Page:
ENTERTAINMENT
March 27, 1995 | SANDY MASUO
In "Bill and Ted's Excellent Adventure," the film that put Keanu Reeves on the celluloid map, he and his cohort, Bill, a pair of wayward Southern California high-schoolers who worship Eddie Van Halen, time-travel through history to meet their destiny: a band called Wyld Stallions that eventually plays a pivotal role in the evolution of humanity. Six years later, Reeves is one of Hollywood's hottest young stars, and he also has his own real-life rock band.
ENTERTAINMENT
December 7, 2008 | Dennis Lim, Lim is a freelance writer.
As a time-traveling high school dude in the "Bill and Ted" movies, Keanu Reeves blazed a path through the great expanse of Western civilization, with detours to heaven and hell for good measure. In the "Matrix" trilogy, he was Neo, the One, the hacker turned messiah who uncovers the underlying reality of our reality. More recently, in "A Scanner Darkly," Richard Linklater's rotoscoped adaptation of the Philip K.
ENTERTAINMENT
April 15, 2011 | By Sheri Linden
Life-changing epiphanies come in all shapes and sizes, but the one that transforms the protagonist of "Henry's Crime" is a strange bird indeed: implausible and barely perceptible. In part, that's because of Keanu Reeves' blank take on a working stiff turned lawbreaker. Beyond his performance, the film's ungainly mix of heist, romance and backstage comedy never jells. It's never painful, though, especially when James Caan and Vera Farmiga are onscreen. But there's only so much life anyone could breathe into this inert caper.
ENTERTAINMENT
December 24, 2013 | By Mark Olsen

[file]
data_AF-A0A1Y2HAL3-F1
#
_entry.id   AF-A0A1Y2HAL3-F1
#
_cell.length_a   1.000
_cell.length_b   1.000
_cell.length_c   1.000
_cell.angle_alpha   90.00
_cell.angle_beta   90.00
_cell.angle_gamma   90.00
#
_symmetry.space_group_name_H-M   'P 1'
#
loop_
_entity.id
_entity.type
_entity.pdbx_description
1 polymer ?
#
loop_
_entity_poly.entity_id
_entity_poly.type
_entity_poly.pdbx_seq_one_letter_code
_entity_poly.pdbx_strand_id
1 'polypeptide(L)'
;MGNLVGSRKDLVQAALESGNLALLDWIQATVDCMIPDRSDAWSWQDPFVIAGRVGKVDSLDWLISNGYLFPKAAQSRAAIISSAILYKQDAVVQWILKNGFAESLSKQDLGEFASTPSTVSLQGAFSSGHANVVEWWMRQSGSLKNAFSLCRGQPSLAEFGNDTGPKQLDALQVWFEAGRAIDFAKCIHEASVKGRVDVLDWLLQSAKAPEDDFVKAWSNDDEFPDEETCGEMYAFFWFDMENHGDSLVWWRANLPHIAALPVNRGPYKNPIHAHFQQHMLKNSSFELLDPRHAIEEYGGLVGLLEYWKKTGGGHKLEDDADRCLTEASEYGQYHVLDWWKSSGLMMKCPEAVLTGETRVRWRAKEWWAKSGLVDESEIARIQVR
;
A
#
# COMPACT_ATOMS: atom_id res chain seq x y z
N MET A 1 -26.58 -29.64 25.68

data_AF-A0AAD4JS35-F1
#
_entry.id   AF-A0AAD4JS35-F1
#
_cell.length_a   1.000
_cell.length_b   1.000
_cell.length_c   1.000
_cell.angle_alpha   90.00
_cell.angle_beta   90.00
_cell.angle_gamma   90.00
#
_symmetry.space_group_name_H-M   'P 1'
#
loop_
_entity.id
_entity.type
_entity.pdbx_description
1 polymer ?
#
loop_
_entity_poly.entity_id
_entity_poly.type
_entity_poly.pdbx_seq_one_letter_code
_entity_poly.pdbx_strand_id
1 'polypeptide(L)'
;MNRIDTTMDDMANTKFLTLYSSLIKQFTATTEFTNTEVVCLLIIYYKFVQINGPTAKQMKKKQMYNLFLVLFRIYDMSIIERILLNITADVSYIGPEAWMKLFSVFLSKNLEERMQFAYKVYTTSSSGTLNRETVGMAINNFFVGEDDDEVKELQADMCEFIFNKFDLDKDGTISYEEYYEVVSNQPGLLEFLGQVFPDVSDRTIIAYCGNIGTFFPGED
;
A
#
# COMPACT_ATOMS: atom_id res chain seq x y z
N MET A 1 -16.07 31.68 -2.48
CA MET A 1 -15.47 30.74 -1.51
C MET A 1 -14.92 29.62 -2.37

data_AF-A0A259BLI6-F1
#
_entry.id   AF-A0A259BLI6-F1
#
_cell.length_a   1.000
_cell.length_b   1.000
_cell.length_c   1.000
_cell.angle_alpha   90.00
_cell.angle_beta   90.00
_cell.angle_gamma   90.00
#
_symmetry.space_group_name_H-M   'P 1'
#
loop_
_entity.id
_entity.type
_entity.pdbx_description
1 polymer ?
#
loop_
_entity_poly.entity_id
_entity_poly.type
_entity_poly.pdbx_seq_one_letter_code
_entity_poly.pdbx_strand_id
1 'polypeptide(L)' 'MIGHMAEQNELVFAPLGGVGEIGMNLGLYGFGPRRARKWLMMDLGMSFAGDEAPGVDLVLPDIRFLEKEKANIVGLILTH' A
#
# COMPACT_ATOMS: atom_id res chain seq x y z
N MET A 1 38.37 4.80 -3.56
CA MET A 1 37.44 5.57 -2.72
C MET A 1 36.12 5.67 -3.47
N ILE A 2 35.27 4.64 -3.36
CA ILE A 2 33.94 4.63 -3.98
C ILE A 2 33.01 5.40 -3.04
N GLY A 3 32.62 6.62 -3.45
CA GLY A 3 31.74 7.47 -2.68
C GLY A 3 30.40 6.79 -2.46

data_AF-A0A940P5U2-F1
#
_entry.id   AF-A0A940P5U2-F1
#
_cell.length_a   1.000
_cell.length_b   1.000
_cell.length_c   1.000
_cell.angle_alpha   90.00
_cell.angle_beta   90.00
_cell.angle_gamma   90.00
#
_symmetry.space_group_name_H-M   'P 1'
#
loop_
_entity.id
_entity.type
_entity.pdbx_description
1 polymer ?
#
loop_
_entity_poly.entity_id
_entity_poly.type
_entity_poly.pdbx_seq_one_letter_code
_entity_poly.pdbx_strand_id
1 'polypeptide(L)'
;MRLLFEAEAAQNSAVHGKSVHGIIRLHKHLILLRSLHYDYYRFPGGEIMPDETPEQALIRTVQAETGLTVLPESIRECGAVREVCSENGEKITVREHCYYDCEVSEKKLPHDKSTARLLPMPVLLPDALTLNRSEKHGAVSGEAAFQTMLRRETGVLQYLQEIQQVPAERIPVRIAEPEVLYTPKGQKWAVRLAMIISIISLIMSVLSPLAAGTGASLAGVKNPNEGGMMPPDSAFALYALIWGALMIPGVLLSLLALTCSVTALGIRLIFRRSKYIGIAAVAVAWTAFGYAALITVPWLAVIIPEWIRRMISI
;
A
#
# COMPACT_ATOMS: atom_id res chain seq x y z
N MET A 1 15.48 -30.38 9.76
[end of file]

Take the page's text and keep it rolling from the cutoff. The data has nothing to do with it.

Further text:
There's the kind of movie that comes riding into theaters on such a prolonged wave of bad buzz - changed release dates, backstage whispers of production troubles and a swelling budget - that the film itself starts to seem beside the point, something to just get out of the way. That's the case with "47 Ronin," an overlong, underwhelming movie now hitting theaters that certainly wasn't worth the wait. The story opens with a stentorian voice-over announcing that ancient feudal Japan, as history buffs will no doubt be happy to learn, was a time of witchcraft and demons.
ENTERTAINMENT
October 31, 2013 | By Robert Abele
The "Bill & Ted's"-style flop-mop that martial artist Tiger Chen sports in "Man of Tai Chi" isn't the only reminder of Keanu Reeves in this directorial debut from the "Matrix" star. There's Reeves himself, using his lower surfer-register for the forces of evil as a Hong Kong businessman who corrupts Chen's idealistic, working class tai chi disciple by turning him into an underground fight club star. But what's most cosmically appropriate about this no-nonsense yet all-nonsense action flick is how Reeves' greatest strength as a star - his fluid, imposing physicality - is also his best asset as a director.
ENTERTAINMENT
July 24, 2013 | By John Horn
“We believe you are the only one who can help us.” That ominous plea comes about halfway through the new trailer for “47 Ronin,” and while it's directed at the character played by Keanu Reeves the entreaty could also describe how much Universal Pictures needs the actor to deliver a big audience for the troubled production. Filmed in early 2011, the expensive movie - the budget was originally $175 million but has surpassed that figure - originally was set for release last Thanksgiving.
ENTERTAINMENT
July 19, 2013 | By Julie Makinen, Los Angeles Times
BEIJING -- Forget Zach Snyder's "Man of Steel" or Keanu Reeves' "Man of Tai Chi. " China's movie of the summer is a chick flick that has touched off a mini-culture war while raking in the renminbi -- and a sequel is just weeks away. "Tiny Times" tells the story of four fashionable college girls in Shanghai and is perhaps best described as "The Devil Wears Prada" meets "Sex and the City" (minus the sex) with a dash of "The Bling Ring. " The movie is based on a trio of popular young adult novels by Guo Jingming, a waifish 30-year-old celebrity author/entrepreneur who also directed the film.
ENTERTAINMENT
May 2, 2013 | By Amy Nicholson